Pumping Station 10 Force Main Rehabilitation

Public hearing set on noise variance

Join us for a public hearing on a noise variance for the Pumping Station 10 Force Main Rehabilitation project on Wednesday, Sept. 5, 2018, at 5 p.m. in Room 108 of the City County Building, 210 Martin Luther King Jr. Blvd. A noise variance is needed to allow bypass pumps and other equipment to operate between 7 p.m. and 7 a.m. until the project is completed.                      

 About the Project
  Madison Metropolitan Sewerage District maintains a sanitary sewer force main that runs along
  the east side of Stoughton Road on Madison’s east side. A force main is designed to handle
  pressurized flow (versus gravity flow) and enables wastewater to reach the treatment plant.

  The existing force main, installed in 1964, shows signs of corrosion. To extend the life of the  
  pipe, improve flows and prevent groundwater infiltration, district crews plan to install a pipe 
  lining within the existing force main between Buckeye and Cottage Grove roads. The existing   
  force main in this area runs within the railroad corridor, so minimal disruption is anticipated.

The project will take about one month to complete. The district is working with its contractors to finalize the schedule and construction is expected to get underway between October 2018 and May 2019.

Putting a pipe within a pipe
To rehabilitate the 36 inch diameter pipe, the district intends to install a tight fitting, high density polyethylene lining. The installation process involves compressing and pulling the plastic pipe lining into position inside the existing pipe, then releasing the tension so that the pipe lining expands inside the existing forcemain to achieve the same or better strength and capacity.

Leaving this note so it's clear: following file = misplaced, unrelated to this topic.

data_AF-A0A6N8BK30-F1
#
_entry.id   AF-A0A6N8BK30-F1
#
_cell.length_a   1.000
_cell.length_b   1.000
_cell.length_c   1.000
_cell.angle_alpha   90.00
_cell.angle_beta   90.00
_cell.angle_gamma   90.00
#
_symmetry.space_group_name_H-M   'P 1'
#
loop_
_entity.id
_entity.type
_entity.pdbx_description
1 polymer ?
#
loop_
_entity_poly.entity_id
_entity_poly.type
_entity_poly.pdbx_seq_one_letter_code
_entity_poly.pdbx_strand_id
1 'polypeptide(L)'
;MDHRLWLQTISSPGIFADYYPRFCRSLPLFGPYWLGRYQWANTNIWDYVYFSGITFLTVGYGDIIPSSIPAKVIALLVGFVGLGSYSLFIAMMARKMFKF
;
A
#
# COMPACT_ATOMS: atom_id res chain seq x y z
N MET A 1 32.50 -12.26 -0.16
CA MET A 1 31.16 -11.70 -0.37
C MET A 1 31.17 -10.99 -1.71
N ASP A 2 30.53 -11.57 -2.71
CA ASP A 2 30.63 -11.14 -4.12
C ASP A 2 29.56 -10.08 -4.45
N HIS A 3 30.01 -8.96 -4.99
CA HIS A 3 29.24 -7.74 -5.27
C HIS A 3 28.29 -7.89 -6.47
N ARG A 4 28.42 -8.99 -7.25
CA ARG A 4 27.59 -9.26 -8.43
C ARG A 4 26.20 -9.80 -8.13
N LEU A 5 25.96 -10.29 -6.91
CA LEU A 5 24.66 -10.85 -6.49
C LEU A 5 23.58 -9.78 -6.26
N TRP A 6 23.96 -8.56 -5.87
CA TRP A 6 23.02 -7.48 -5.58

While the pipe lining is being installed, wastewater from the existing pipe will be sent around the work area through a temporary bypass pipe. 

Process protects environment, saves time and money
Since the lining process requires minimal digging, it is less costly, time consuming and disruptive to the public and the environment than excavation and pipe replacement with traditional open-cut methods. However, the use of other equipment on site may generate some noise between 7 p.m. and 7 a.m., which requires a noise variance.

The project reflects the district’s efforts to maintain aging infrastructure in a way that protects public health and the environment while delivering reliable services at an acceptable cost. Questions may be directed to project engineer Kelly Sullivan at (608) 222-1201 ext. 293, or kellys@madsewer.org.